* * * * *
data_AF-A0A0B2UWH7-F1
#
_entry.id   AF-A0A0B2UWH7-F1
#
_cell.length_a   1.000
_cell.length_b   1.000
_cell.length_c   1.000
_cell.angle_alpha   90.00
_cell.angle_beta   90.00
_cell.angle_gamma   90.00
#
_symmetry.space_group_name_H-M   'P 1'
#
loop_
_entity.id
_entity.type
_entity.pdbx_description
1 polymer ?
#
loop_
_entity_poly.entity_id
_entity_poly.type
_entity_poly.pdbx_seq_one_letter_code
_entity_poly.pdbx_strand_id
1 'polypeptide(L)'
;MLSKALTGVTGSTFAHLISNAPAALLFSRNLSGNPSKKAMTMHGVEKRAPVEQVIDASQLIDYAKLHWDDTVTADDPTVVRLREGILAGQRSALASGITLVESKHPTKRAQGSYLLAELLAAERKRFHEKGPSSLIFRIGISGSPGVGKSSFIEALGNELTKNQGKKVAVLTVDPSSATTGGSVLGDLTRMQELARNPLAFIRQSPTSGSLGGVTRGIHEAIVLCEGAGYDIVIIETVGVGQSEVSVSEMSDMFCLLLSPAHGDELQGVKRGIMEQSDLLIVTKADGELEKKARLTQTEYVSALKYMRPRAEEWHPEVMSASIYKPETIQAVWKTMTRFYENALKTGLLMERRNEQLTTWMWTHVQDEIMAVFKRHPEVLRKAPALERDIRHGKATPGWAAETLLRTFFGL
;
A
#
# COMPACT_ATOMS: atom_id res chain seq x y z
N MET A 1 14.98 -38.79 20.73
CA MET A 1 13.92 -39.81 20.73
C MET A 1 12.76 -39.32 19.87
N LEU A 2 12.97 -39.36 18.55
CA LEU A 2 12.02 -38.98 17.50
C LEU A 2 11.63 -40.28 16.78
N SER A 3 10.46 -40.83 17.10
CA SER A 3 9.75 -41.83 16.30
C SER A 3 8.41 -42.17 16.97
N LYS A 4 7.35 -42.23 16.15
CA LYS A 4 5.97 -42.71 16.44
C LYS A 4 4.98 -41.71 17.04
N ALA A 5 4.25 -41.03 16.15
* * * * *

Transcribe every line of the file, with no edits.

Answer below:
data_AF-A0A0B2UWH7-F1
#
_entry.id   AF-A0A0B2UWH7-F1
#
_cell.length_a   1.000
_cell.length_b   1.000
_cell.length_c   1.000
_cell.angle_alpha   90.00
_cell.angle_beta   90.00
_cell.angle_gamma   90.00
#
_symmetry.space_group_name_H-M   'P 1'
#
loop_
_entity.id
_entity.type
_entity.pdbx_description
1 polymer ?
#
loop_
_entity_poly.entity_id
_entity_poly.type
_entity_poly.pdbx_seq_one_letter_code
_entity_poly.pdbx_strand_id
1 'polypeptide(L)'
;MLSKALTGVTGSTFAHLISNAPAALLFSRNLSGNPSKKAMTMHGVEKRAPVEQVIDASQLIDYAKLHWDDTVTADDPTVVRLREGILAGQRSALASGITLVESKHPTKRAQGSYLLAELLAAERKRFHEKGPSSLIFRIGISGSPGVGKSSFIEALGNELTKNQGKKVAVLTVDPSSATTGGSVLGDLTRMQELARNPLAFIRQSPTSGSLGGVTRGIHEAIVLCEGAGYDIVIIETVGVGQSEVSVSEMSDMFCLLLSPAHGDELQGVKRGIMEQSDLLIVTKADGELEKKARLTQTEYVSALKYMRPRAEEWHPEVMSASIYKPETIQAVWKTMTRFYENALKTGLLMERRNEQLTTWMWTHVQDEIMAVFKRHPEVLRKAPALERDIRHGKATPGWAAETLLRTFFGL
;
A
#
# COMPACT_ATOMS: atom_id res chain seq x y z
N MET A 1 14.98 -38.79 20.73
CA MET A 1 13.92 -39.81 20.73
C MET A 1 12.76 -39.32 19.87
N LEU A 2 12.97 -39.36 18.55
CA LEU A 2 12.02 -38.98 17.50
C LEU A 2 11.63 -40.28 16.78
N SER A 3 10.46 -40.83 17.10
CA SER A 3 9.75 -41.83 16.30
C SER A 3 8.41 -42.17 16.97
N LYS A 4 7.35 -42.23 16.15
CA LYS A 4 5.97 -42.71 16.44
C LYS A 4 4.98 -41.71 17.04
N ALA A 5 4.25 -41.03 16.15